Why protesters’ ‘disarm Israel’ slogan is morally repugnant

Last weekend the Palestine Solidarity Campaign (PSC) was loudly campaigning in high streets and on social media, using the slogan “Stop Arming Israel”, for a UK arms embargo on Israel. They were joined in this action by the Campaign Against the Arms Trade and War on Want. Although PSC is a fringe organisation, an arms embargo isn’t such a fringe demand, as it was included in Labour’s 2019 General Election manifesto.

What’s not to like? After all, no one likes weapons or warfare. This is lowest common denominator campaigning, not going after the Israel of humus and hi-tech and beach holidays and Eurovision, but going after the Israel of tanks and F-15s and drones, the one that makes centre-left people in the UK feel a bit queasy. 

But if you are an Israeli civilian facing terrorist threats, or anyone who cares about Israel, an arms embargo isn’t something to welcome. It’s not the practical impact that would be so important.

Israel has shied away from reliance on the UK as a military supplier ever since Ted Heath placed an arms embargo on both sides in the 1973 Yom Kippur War. This disproportionately affected Israel at a time when it was facing an existential threat because it prevented them getting spare parts for their Centurion tanks.

For major essential kit, Israel is now self-sufficient having built up its own defence industry, or buys from the USA.

UK arms exports to Israel totalled £364 million over the years between 2014 and 2018, which sounds like a lot but is actually nugatory in defence spending terms (the UK has total global defence exports of about £9 billion a year, US defence aid to Israel is nearly £3 billion a year, Israel’s annual defence budget is nearly £16 billion). These exports mainly consist of components rather than entire systems or platforms. 

In fact, Israeli companies are now defence suppliers to the UK, with the main programme being the Watchkeeper UAV or drone for the Royal Artillery, produced in Leicester by a joint venture involving Elbit Systems. As the PSC protesters want a two-way embargo with no purchases from Israel as well as no sales to it, they would be denying the British armed forces kit they need. 

The real question is moral rather than practical.  Israel is our ally in the struggle against terrorist enemies that target the West, and the UK specifically, as well as Israel. It shares sensitive intelligence with us that saves British lives. 

It is a democracy attempting to defend itself from specific terrorist threats that can and have killed and maimed its civilians, but also from a broader aspiration by Iran and its proxies to destroy the state of Israel, an ambition that is inherently genocidal.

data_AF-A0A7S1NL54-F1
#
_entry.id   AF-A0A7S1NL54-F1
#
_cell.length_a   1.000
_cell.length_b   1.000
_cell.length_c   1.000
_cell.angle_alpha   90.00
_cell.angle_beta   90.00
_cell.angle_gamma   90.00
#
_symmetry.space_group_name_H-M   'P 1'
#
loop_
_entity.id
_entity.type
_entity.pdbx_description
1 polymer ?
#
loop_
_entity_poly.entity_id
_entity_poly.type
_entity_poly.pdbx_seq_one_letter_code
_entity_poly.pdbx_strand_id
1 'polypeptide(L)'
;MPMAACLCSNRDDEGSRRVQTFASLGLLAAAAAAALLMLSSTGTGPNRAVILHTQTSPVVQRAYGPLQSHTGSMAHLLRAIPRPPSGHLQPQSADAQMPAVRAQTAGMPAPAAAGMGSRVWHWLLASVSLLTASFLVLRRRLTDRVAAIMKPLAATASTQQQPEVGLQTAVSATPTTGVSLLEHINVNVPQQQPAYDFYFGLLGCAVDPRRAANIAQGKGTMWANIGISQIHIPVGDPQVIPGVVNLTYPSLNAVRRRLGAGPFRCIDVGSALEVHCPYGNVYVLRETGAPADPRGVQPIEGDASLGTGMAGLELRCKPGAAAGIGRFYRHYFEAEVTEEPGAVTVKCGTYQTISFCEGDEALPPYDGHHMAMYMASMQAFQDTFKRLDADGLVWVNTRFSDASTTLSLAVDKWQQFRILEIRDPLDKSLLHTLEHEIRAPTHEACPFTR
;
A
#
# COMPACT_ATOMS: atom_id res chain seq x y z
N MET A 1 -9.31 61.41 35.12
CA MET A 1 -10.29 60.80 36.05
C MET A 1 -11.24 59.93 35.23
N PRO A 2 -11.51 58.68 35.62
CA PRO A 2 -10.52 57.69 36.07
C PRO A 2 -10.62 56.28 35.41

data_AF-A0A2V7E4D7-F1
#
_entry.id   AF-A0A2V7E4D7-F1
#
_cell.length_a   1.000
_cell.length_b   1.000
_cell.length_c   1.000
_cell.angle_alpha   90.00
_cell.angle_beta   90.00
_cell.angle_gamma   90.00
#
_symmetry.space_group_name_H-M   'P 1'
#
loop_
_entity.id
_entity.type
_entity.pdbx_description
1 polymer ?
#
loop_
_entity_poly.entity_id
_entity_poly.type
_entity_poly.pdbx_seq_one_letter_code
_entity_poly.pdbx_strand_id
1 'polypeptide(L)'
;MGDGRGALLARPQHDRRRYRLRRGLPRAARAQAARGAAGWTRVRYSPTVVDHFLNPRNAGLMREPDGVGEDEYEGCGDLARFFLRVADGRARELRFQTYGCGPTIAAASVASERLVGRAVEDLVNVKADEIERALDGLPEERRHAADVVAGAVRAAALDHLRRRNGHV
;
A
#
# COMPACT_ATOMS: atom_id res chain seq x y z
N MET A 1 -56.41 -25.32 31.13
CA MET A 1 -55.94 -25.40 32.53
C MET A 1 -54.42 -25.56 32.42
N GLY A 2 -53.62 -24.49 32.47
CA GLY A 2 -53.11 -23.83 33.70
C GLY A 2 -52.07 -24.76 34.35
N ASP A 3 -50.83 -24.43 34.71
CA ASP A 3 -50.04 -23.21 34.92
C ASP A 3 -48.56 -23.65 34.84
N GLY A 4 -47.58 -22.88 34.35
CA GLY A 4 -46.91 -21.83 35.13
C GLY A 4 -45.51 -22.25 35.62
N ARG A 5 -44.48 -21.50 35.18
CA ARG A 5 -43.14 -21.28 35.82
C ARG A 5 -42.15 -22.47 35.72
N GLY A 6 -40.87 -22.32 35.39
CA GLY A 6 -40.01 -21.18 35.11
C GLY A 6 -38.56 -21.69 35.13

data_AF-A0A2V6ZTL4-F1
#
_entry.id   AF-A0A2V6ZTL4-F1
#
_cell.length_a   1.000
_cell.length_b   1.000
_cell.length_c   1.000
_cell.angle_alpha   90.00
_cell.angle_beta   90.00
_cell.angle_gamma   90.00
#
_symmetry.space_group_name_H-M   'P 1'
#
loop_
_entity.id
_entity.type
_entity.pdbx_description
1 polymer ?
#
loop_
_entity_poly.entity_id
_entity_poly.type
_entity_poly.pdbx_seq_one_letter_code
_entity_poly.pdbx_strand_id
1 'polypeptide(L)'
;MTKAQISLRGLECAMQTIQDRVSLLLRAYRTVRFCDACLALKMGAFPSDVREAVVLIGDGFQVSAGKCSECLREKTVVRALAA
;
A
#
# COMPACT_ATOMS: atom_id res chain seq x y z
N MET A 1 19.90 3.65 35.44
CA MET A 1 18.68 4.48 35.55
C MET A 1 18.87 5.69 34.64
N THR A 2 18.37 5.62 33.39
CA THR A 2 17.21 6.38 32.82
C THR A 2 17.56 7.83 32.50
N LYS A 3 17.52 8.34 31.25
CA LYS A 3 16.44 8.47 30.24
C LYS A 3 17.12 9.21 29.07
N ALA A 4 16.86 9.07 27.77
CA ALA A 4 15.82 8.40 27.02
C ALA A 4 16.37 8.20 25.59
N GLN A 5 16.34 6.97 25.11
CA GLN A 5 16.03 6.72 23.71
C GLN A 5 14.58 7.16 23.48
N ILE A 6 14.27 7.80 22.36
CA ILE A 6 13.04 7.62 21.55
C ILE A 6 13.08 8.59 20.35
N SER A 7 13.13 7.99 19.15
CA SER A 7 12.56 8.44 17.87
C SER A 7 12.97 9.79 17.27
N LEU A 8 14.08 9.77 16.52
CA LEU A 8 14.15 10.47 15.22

The IDF confronts enemies who are heavily armed by Iran and have no compunction about deliberately targeting civilians or indiscriminately firing off munitions towards heavily populated areas. 

Hamas has the capacity to rain mortar shells and missiles on the Israeli communities in the south and send families in Tel Aviv and other major cities running in terror to the shelters with longer range weapons.

Hezbollah has more sophisticated missiles, with a massive total arsenal of over 130,000 of them, and a standing army of over 20,000 men, combat hardened by their role in the butchery of the Syrian Civil War. 

That’s before you get started on the jihadist groups in the Sinai or the potential threat of the Iranian military and Revolutionary Guard Corps.  The call for a UK arms embargo on Israel is an expression of a desire to disarm Israel when it faces these horrors. 

It is saying that British industry and technology have no legitimate part to play in defending civilians in Tel Aviv or Jerusalem or Haifa, and no part to play in saving the lives of the IDF soldiers on the frontline against terrorism.

The protesters calling for the UK to “Stop Arming Israel” may believe they are on the side of moral justice, but their slogan needs to be called out as being morally reprehensible.

About the Author
Luke Akehurst has been the Director of We Believe in Israel since 2011. We Believe in Israel is a broad coalition of over 19,000 supporters of Israel. Outside of work he was a Councillor in Hackney in East London for 12 years, has stood for Parliament twice and served on the Labour Party National Executive Committee. He was previously an award-winning Director at global PR company Weber Shandwick.
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